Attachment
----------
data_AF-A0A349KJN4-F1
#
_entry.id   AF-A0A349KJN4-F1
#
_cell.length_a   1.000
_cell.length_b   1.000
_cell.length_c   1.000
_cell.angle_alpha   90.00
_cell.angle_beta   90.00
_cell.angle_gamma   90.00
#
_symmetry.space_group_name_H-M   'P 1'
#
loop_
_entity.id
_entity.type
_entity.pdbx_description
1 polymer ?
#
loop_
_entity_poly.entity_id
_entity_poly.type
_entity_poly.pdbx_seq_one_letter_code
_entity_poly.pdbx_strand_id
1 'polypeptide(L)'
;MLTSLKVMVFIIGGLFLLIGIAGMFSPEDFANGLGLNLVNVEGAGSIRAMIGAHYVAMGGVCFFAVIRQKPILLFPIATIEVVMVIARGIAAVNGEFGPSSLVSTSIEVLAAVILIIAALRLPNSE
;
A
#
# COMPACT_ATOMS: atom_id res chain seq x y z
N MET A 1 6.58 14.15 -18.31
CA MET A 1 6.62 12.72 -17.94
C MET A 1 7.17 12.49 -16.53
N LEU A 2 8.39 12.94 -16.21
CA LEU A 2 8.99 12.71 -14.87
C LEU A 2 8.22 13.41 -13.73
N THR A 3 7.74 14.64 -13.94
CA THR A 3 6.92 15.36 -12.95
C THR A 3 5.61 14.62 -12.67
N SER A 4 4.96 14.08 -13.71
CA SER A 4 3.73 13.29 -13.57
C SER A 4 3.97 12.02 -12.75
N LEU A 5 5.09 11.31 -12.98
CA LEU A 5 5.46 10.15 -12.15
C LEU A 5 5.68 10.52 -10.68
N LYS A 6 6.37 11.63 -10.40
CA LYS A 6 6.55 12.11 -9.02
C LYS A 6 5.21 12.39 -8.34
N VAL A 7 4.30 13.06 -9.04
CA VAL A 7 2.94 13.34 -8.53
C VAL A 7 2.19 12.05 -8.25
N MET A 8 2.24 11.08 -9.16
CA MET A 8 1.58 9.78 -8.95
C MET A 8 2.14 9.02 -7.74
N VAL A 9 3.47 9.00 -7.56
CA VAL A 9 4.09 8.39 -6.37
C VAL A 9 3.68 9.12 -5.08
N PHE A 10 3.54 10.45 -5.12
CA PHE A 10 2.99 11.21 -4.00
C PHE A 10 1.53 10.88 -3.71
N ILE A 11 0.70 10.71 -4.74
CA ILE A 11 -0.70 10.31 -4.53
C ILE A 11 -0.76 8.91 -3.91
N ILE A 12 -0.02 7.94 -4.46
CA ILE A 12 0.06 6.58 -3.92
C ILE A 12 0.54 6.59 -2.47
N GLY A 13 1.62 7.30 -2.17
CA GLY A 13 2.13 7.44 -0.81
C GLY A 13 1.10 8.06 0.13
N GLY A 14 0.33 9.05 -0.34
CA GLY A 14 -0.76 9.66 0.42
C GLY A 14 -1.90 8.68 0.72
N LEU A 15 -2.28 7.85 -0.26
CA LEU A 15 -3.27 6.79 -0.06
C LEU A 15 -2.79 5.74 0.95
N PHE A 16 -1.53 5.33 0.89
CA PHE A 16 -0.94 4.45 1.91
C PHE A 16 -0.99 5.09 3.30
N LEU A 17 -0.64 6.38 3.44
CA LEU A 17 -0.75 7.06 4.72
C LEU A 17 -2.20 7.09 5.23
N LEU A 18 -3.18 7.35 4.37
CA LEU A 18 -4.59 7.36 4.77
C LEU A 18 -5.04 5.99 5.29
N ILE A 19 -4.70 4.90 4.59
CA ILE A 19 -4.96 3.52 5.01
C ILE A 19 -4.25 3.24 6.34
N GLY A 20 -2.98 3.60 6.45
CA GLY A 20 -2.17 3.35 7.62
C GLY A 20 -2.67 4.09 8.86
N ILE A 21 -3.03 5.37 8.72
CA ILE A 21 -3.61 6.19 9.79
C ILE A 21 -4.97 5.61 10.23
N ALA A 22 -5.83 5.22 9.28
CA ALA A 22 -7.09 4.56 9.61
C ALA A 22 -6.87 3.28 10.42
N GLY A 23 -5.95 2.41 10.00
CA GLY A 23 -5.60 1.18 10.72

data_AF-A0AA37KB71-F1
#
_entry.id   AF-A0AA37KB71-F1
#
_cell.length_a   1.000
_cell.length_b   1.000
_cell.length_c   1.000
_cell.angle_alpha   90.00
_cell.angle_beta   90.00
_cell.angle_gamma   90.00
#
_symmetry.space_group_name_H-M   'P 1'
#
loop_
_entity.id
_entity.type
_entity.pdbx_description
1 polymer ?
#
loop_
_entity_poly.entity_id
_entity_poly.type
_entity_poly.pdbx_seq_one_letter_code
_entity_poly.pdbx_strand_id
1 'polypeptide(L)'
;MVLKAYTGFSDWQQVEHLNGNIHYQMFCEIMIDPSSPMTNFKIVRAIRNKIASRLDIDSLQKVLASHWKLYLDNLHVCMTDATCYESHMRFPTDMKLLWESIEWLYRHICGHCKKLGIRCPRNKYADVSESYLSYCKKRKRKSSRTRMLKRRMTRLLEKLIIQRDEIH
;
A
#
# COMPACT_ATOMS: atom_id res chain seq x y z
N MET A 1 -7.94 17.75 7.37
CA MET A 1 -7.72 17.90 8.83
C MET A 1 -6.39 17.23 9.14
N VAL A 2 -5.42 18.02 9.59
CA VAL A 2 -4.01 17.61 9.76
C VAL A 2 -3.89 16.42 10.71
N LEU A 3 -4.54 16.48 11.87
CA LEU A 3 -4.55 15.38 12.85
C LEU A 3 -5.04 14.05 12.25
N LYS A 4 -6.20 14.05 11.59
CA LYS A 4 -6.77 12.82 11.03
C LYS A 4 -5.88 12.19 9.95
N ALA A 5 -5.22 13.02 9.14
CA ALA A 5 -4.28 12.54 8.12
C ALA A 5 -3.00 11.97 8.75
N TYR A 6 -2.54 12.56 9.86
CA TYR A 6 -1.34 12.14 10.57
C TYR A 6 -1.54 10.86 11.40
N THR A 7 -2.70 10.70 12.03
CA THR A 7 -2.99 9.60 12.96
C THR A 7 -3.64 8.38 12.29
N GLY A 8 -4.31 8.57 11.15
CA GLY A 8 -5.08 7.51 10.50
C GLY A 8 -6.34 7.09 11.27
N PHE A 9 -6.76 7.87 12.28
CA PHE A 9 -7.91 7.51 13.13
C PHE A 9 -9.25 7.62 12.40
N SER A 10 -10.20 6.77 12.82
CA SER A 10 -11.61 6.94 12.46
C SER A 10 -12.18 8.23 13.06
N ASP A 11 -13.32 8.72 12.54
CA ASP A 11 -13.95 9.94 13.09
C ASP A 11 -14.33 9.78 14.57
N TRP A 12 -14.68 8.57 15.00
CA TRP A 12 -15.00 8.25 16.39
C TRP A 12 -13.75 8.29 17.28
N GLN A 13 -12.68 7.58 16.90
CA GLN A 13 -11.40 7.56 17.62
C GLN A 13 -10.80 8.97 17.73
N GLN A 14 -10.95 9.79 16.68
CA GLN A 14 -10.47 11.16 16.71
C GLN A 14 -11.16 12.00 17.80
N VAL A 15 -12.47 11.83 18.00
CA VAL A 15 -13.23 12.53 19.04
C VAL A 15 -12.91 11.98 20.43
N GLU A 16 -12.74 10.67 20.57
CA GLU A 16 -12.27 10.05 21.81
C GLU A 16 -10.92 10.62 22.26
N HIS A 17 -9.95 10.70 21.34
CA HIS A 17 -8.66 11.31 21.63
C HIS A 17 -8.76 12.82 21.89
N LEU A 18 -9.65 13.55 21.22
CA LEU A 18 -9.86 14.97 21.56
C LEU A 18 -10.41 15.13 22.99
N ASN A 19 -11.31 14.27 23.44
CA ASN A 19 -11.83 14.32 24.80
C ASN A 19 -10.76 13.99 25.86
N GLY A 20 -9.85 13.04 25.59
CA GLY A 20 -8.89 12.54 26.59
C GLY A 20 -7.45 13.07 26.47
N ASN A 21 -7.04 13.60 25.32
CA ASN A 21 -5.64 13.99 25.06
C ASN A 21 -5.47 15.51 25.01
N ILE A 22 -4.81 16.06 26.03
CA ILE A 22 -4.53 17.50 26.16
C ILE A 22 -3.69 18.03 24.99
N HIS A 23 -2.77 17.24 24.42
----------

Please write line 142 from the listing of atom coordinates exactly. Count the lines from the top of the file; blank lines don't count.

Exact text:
CA ALA A 5 -4.28 12.54 8.12